Dye-Log: Early Commitment Pros and Cons

College Football Hall of Fame coach Pat Dye writes about the recruiting process in this addition of his Dye-Log column.

I guess I shouldn't be surprised that Auburn and other colleges around the Southeastern Conference and the country are picking up so many early commitments for the 2014 football signee class because it is part of a trend that has been going on in recent years. However, it still seems a bit strange to me because it is something that wasn't part of the college football scene when I was a player or a coach.


Looking at it from a coach's perspective, I believe these early commitments from top prospects are a good thing, but they have their minuses, too. However, I am sure there are more pluses than minuses. If that wasn't the case college coaches wouldn't encourage high school players to publically announce their decisions during their junior year in high school, and the players would wait until they are much closer to signing day before announcing a college choice.

If a couple of Auburn's top prospects have a great time at the upcoming Big Cat Weekend over the Memorial Day holiday, I am sure Gus Malzahn and coaching staff will be excited to get them on board. However, when a bluechip prospect gives an early commitment you can be sure that other coaches don't stop recruiting him.

In fact, it can focus the recruiting efforts of coaches from other schools because they know they are recruiting against a specific target. For example, if a prospect commits very early to Auburn, coaches from Alabama, Georgia, Florida, Florida State, Tennessee and other colleges can focus their attack on beating just one school for that player.

A heavily recruited player who makes an early choice has got to be strong to withstand the recruiting barrage and his parents have got to be strong, too. The prospects who are really certain about their decisions are smart to just cut off recruiting and tell coaches at other colleges to quit writing, calling and visiting. If prospects have strong support on their decisions from their parents and other role models they are close to, like a high school coach, it helps isolate them from the pressure.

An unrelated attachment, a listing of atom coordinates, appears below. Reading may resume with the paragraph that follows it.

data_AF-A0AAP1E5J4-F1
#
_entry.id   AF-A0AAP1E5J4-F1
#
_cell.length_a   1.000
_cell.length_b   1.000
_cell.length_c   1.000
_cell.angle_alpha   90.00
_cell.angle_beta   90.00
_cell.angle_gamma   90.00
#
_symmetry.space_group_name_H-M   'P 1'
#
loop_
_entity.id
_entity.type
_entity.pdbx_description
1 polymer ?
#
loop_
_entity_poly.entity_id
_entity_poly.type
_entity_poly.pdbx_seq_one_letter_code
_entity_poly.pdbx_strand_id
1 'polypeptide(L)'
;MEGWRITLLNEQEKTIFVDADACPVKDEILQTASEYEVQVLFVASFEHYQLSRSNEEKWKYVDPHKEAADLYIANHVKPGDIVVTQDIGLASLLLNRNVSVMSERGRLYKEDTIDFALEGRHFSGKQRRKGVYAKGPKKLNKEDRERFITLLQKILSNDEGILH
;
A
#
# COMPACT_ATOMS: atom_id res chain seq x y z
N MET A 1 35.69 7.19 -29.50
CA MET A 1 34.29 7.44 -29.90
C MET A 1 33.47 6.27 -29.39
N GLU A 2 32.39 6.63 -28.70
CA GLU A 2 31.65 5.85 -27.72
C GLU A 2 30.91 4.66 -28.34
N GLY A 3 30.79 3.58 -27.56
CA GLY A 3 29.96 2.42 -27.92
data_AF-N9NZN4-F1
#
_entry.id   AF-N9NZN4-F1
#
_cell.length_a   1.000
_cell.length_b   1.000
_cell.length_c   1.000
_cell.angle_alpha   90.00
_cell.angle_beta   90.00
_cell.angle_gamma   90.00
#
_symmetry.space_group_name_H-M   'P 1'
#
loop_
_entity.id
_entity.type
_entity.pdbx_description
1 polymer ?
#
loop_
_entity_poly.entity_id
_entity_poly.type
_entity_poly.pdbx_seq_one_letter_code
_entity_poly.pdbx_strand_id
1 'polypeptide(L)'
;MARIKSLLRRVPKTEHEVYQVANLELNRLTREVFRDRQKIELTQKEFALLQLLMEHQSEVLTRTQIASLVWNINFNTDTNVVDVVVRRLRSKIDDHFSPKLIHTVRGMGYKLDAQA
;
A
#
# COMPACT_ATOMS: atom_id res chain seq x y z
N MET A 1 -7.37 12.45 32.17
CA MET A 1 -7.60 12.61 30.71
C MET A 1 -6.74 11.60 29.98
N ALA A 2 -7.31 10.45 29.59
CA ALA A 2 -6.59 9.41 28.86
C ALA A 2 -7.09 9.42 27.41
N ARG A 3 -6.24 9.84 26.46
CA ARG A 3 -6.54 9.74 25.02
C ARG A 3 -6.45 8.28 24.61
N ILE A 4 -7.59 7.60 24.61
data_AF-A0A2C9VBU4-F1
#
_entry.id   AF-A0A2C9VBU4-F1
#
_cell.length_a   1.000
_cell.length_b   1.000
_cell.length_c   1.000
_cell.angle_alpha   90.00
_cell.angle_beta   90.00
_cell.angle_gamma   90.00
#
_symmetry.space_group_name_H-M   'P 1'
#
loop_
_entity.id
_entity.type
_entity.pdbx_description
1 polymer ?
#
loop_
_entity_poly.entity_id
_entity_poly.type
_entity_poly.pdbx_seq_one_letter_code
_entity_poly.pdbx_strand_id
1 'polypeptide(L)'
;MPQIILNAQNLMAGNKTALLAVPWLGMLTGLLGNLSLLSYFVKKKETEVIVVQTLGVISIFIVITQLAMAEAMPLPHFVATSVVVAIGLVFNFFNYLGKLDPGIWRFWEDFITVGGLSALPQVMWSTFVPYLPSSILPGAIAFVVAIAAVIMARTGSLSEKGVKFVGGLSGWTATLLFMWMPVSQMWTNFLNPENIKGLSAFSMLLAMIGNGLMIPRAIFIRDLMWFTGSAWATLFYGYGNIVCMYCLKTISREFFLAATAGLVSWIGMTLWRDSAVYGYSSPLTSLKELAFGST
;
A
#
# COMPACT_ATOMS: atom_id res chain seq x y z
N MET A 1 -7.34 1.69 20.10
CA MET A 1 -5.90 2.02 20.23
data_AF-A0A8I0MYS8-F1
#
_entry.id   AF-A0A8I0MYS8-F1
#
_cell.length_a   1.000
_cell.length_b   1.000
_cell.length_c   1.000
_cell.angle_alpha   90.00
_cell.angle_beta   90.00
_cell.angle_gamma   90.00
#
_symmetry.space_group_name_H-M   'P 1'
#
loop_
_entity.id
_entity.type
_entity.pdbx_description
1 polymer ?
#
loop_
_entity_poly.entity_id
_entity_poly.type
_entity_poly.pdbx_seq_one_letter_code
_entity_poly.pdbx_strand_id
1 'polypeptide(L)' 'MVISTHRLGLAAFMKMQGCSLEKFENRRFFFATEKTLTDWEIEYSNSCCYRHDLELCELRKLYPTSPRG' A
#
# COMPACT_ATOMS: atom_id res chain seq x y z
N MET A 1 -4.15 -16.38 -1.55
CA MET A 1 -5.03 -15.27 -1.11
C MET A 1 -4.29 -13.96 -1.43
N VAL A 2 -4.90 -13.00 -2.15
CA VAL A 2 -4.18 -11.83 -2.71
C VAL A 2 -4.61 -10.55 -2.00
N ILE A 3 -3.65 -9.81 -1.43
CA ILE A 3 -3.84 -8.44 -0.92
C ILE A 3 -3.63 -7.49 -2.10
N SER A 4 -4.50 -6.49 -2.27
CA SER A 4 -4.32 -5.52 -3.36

Even with kids who look like they have cut off recruiting and appear solidly committed, smart coaches at the school he has committed to realize their job is not done. They need to continue the recruiting process all the way through signing day just like they do with the uncommitted players who are having a difficult time making a decision or who are really enjoying all of the attention they are receiving during the recruiting process.

It looks like Gus Malzahn's staff is off to a solid start on lining up players for their 2014 class. The Tigers have commitments from talented prospects who appear to be kids with good character, which is always a good thing. If you get enough of those kind of players into your program it is worth all of the time and effort it takes to recruit them.

(If you have a question or a subject you would like me to write about in future columns, you can email it to PatDye@autigers.com.)

Editor's Note: This is part of a series of columns that College Football Hall of Fame member Pat Dye is writing for AUTigers.com about the game he played and coached. An All-American player at Georgia and one of the top head coaches in SEC history at Auburn, he also served as a head coach at East Carolina and Wyoming. Dye writes three columns for AUTigers.com--The Dye-Log, the Dye-Gest and Pat's Picks.

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